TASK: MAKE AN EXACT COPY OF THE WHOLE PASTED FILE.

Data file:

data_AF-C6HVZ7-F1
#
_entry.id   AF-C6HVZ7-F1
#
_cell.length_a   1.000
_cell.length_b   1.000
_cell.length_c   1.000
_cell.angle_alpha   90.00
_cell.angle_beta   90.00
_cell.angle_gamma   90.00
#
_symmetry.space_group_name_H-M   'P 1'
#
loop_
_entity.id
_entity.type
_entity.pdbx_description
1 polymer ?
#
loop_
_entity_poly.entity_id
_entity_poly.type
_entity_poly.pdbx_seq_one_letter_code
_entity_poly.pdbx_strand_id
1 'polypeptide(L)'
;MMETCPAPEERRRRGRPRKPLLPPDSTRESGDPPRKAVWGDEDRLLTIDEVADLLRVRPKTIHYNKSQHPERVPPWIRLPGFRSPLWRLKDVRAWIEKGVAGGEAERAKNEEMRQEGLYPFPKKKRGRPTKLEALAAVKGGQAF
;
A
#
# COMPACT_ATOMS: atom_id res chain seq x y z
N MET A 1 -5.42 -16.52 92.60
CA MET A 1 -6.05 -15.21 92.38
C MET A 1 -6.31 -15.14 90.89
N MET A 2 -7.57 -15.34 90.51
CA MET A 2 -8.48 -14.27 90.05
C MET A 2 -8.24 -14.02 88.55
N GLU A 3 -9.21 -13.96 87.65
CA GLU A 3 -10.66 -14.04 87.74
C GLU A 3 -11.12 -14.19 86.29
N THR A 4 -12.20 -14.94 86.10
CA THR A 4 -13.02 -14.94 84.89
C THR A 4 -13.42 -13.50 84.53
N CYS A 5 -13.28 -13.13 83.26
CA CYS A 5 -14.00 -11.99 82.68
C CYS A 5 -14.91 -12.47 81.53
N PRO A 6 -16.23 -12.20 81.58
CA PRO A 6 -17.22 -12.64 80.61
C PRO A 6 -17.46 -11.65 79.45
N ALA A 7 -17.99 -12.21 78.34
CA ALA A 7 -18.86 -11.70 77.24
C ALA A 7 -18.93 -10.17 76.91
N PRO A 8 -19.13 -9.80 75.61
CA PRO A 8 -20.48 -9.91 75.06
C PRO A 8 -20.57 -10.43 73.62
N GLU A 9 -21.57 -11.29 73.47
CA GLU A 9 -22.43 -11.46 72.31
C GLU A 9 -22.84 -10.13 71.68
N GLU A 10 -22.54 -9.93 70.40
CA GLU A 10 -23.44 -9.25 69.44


data_AF-C6HVZ7-F1
#
_entry.id   AF-C6HVZ7-F1
#
_cell.length_a   1.000
_cell.length_b   1.000
_cell.length_c   1.000
_cell.angle_alpha   90.00
_cell.angle_beta   90.00
_cell.angle_gamma   90.00
#
_symmetry.space_group_name_H-M   'P 1'
#
loop_
_entity.id
_entity.type
_entity.pdbx_description
1 polymer ?
#
loop_
_entity_poly.entity_id
_entity_poly.type
_entity_poly.pdbx_seq_one_letter_code
_entity_poly.pdbx_strand_id
1 'polypeptide(L)'
;MMETCPAPEERRRRGRPRKPLLPPDSTRESGDPPRKAVWGDEDRLLTIDEVADLLRVRPKTIHYNKSQHPERVPPWIRLPGFRSPLWRLKDVRAWIEKGVAGGEAERAKNEEMRQEGLYPFPKKKRGRPTKLEALAAVKGGQAF
;
A
#
# COMPACT_ATOMS: atom_id res chain seq x y z
N MET A 1 -5.42 -16.52 92.60
CA MET A 1 -6.05 -15.21 92.38
C MET A 1 -6.31 -15.14 90.89
N MET A 2 -7.57 -15.34 90.51
CA MET A 2 -8.48 -14.27 90.05
C MET A 2 -8.24 -14.02 88.55
N GLU A 3 -9.21 -13.96 87.65
CA GLU A 3 -10.66 -14.04 87.74
C GLU A 3 -11.12 -14.19 86.29
N THR A 4 -12.20 -14.94 86.10
CA THR A 4 -13.02 -14.94 84.89
C THR A 4 -13.42 -13.50 84.53
N CYS A 5 -13.28 -13.13 83.26
CA CYS A 5 -14.00 -11.99 82.68
C CYS A 5 -14.91 -12.47 81.53
N PRO A 6 -16.23 -12.20 81.58
CA PRO A 6 -17.22 -12.64 80.61
C PRO A 6 -17.46 -11.65 79.45
N ALA A 7 -17.99 -12.21 78.34
CA ALA A 7 -18.86 -11.70 77.24
C ALA A 7 -18.93 -10.17 76.91
N PRO A 8 -19.13 -9.80 75.61
CA PRO A 8 -20.48 -9.91 75.06
C PRO A 8 -20.57 -10.43 73.62
N GLU A 9 -21.57 -11.29 73.47
CA GLU A 9 -22.43 -11.46 72.31
C GLU A 9 -22.84 -10.13 71.68
N GLU A 10 -22.54 -9.93 70.40
CA GLU A 10 -23.44 -9.25 69.44